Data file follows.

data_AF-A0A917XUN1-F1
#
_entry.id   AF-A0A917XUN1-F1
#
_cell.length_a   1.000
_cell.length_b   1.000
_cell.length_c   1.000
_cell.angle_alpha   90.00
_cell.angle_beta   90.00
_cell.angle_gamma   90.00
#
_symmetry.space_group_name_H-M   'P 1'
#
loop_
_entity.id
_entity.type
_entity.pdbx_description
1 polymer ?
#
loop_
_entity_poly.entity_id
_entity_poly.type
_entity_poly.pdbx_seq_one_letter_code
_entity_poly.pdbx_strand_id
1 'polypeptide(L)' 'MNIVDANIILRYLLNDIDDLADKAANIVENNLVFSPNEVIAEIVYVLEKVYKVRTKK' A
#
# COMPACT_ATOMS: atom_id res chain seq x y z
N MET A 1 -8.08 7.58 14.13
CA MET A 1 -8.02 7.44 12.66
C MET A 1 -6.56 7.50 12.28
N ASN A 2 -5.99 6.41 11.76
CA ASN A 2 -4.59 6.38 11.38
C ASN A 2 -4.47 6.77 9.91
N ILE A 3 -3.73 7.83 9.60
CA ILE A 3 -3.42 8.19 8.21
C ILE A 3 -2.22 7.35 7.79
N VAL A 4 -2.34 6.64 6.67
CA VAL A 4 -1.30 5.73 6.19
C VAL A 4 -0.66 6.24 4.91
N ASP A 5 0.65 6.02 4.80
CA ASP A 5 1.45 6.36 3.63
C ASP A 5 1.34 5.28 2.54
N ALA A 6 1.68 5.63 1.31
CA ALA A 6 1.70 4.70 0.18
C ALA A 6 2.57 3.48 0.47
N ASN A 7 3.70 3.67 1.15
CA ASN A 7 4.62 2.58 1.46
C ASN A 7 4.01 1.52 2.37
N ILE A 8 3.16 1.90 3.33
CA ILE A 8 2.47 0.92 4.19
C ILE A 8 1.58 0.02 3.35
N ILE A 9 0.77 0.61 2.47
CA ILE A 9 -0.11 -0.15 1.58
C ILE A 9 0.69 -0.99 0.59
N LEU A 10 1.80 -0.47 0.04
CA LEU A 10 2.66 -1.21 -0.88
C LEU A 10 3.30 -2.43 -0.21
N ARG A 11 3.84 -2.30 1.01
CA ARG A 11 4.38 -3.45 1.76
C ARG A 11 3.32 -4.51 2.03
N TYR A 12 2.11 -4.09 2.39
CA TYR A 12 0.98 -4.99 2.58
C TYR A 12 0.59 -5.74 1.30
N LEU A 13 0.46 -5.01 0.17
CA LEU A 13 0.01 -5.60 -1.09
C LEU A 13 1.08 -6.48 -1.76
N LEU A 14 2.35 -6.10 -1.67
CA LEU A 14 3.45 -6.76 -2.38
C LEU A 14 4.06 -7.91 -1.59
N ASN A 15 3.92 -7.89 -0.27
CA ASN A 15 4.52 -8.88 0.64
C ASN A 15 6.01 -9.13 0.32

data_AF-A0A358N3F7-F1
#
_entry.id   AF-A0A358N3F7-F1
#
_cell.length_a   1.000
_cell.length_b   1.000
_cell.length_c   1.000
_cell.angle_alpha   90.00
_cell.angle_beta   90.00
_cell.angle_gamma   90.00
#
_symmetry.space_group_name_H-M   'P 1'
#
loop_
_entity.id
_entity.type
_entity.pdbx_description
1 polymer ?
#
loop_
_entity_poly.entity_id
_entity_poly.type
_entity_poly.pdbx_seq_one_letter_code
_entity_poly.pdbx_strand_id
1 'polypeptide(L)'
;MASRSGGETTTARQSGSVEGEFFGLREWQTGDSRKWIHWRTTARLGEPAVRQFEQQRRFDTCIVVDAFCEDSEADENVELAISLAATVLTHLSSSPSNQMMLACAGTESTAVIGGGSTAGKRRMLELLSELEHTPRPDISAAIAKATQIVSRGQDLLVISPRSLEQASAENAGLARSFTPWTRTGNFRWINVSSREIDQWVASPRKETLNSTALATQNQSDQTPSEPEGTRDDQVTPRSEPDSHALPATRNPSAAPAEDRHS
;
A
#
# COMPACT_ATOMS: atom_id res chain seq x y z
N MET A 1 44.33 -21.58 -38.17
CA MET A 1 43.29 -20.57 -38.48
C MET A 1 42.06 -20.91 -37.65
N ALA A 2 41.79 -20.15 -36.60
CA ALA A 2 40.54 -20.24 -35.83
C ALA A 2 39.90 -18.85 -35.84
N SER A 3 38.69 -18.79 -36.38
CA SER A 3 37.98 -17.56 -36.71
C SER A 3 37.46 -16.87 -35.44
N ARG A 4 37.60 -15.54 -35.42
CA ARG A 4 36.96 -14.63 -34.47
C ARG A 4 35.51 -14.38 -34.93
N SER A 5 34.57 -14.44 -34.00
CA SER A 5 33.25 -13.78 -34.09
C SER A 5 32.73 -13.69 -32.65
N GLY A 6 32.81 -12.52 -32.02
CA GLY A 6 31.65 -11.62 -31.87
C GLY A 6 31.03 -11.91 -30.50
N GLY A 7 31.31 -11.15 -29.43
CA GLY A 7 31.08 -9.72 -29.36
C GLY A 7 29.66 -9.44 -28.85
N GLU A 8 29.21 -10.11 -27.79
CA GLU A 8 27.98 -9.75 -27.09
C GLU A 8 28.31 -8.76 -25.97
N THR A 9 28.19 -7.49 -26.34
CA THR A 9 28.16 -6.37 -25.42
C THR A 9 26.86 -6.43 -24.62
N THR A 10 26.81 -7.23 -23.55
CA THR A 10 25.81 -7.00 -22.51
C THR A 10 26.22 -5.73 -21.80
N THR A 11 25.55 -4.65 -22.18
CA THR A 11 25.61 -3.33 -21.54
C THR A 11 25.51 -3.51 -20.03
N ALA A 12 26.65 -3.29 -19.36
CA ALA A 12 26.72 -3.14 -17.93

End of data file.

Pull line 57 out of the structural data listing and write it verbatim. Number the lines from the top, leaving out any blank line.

C LEU A 10 3.30 -2.43 -0.21